Over the last five years, Kaiser Permanente Northwest, Nike and Northwest Health Foundation gave over $1 million total to 139 Oregon elementary schools to support physical education programs and inspire a lifelong love of physical activity. Now Oregon Active Schools is winding down, and we’re sharing highlights and learnings.
Read on to find out how two elementary schools used Oregon Active Schools grants to engage students and families in physical activity in new ways.
Staff at Whitcomb Elementary School in North Clackamas School District recognized an opportunity to not only get kids moving, but also help students self-regulate and problem-solve through physical activity.
"We continue to work with our partners and community to make our recess area more engaging and add places that students can use to regulate themselves through physical activity. This was done through our sensory walk stations.
We used the money granted to us to repaint basketball lines, our problem-solving wheel, and add two sensory walks. This was also done in cooperation with our community and Playworks coach while cleaning up our playground. Students are now able to take sensory walks when they need, and the highlighting of the problem-solving wheels has increased its use which has decreased the number of problems at recess."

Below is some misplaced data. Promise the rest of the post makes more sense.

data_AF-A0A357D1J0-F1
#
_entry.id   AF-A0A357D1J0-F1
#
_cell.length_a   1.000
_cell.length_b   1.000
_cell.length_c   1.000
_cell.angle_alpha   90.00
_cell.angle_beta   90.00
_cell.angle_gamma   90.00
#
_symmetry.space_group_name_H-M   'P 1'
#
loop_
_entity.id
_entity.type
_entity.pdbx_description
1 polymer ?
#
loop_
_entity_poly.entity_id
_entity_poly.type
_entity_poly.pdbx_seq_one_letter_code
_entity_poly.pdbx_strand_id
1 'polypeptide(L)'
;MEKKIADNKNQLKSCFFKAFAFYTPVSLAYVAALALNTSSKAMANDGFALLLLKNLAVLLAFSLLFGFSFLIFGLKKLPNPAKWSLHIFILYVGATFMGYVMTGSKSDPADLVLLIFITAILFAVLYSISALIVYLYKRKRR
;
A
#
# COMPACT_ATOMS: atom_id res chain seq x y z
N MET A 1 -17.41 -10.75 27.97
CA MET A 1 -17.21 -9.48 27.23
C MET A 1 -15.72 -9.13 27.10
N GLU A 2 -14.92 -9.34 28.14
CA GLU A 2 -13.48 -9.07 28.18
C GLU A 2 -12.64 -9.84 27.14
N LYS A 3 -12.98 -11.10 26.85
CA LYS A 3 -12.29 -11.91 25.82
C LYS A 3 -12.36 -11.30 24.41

Aiken Elementary in Ontario School District used their Oregon Active Schools funds to organize, promote and expand a walking club. At first, they used it just to get students walking. Then they started using it to engage families in physical activity, too.
Aiken encouraged students to walk more by tracking how far they’d walked and challenging them to beat their own record. They also held class competitions. Originally, staff tallied each lap a student walked by hand. Now they use iPads and student ID cards. The total number of miles walked has increased every year since the walking club started.
Aiken also offered opportunities at family events for students to walk with their families during the event, providing special incentives exclusive to the students who participated in these events. In this way, they’ve increased awareness of healthy living throughout the whole community.
“We were able to use walking as a draw to get parents/families involved in other activities, and we were able to get parents/families walking when they were drawn by another activity.
Our current population is over 50% Hispanic. As a general rule, it was not the Hispanic population you would see out walking. Students, through their walking activity, have influenced parents to get out and move for health and entertainment.”
Look out for our final Oregon Active Schools blog next month, which will include the results of our OAS evaluation.